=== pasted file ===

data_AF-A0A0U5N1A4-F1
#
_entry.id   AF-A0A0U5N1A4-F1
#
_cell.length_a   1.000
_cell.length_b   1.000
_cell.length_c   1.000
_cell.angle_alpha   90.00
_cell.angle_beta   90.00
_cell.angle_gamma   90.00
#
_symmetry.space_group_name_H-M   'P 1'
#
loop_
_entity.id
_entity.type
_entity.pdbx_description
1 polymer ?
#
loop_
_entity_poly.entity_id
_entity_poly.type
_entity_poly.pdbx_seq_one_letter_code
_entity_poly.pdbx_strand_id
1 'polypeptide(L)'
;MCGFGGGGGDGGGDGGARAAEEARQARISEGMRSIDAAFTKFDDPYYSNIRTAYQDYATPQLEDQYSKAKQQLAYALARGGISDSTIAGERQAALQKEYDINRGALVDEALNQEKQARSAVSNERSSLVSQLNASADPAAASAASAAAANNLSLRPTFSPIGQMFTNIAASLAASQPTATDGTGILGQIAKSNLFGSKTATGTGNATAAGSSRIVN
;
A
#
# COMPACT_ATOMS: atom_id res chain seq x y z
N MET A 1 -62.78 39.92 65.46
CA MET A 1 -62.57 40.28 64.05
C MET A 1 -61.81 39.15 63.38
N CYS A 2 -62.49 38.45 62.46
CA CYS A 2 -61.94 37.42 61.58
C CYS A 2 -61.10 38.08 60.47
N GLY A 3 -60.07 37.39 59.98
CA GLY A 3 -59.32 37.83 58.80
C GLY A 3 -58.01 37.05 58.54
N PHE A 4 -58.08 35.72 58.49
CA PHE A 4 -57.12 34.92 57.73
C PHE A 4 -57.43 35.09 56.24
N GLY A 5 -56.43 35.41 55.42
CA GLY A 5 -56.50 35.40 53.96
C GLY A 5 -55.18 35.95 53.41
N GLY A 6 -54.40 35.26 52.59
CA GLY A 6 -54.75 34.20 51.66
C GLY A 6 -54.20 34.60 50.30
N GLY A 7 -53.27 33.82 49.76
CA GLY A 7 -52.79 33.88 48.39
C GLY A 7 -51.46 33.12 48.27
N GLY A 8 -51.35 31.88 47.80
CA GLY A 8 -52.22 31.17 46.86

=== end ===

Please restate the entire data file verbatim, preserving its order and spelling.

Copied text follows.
data_AF-A0A0U5N1A4-F1
#
_entry.id   AF-A0A0U5N1A4-F1
#
_cell.length_a   1.000
_cell.length_b   1.000
_cell.length_c   1.000
_cell.angle_alpha   90.00
_cell.angle_beta   90.00
_cell.angle_gamma   90.00
#
_symmetry.space_group_name_H-M   'P 1'
#
loop_
_entity.id
_entity.type
_entity.pdbx_description
1 polymer ?
#
loop_
_entity_poly.entity_id
_entity_poly.type
_entity_poly.pdbx_seq_one_letter_code
_entity_poly.pdbx_strand_id
1 'polypeptide(L)'
;MCGFGGGGGDGGGDGGARAAEEARQARISEGMRSIDAAFTKFDDPYYSNIRTAYQDYATPQLEDQYSKAKQQLAYALARGGISDSTIAGERQAALQKEYDINRGALVDEALNQEKQARSAVSNERSSLVSQLNASADPAAASAASAAAANNLSLRPTFSPIGQMFTNIAASLAASQPTATDGTGILGQIAKSNLFGSKTATGTGNATAAGSSRIVN
;
A
#
# COMPACT_ATOMS: atom_id res chain seq x y z
N MET A 1 -62.78 39.92 65.46
CA MET A 1 -62.57 40.28 64.05
C MET A 1 -61.81 39.15 63.38
N CYS A 2 -62.49 38.45 62.46
CA CYS A 2 -61.94 37.42 61.58
C CYS A 2 -61.10 38.08 60.47
N GLY A 3 -60.07 37.39 59.98
CA GLY A 3 -59.32 37.83 58.80
C GLY A 3 -58.01 37.05 58.54
N PHE A 4 -58.08 35.72 58.49
CA PHE A 4 -57.12 34.92 57.73
C PHE A 4 -57.43 35.09 56.24
N GLY A 5 -56.43 35.41 55.42
CA GLY A 5 -56.50 35.40 53.96
C GLY A 5 -55.18 35.95 53.41
N GLY A 6 -54.40 35.26 52.59
CA GLY A 6 -54.75 34.20 51.66
C GLY A 6 -54.20 34.60 50.30
N GLY A 7 -53.27 33.82 49.76
CA GLY A 7 -52.79 33.88 48.39
C GLY A 7 -51.46 33.12 48.27
N GLY A 8 -51.35 31.88 47.80
CA GLY A 8 -52.22 31.17 46.86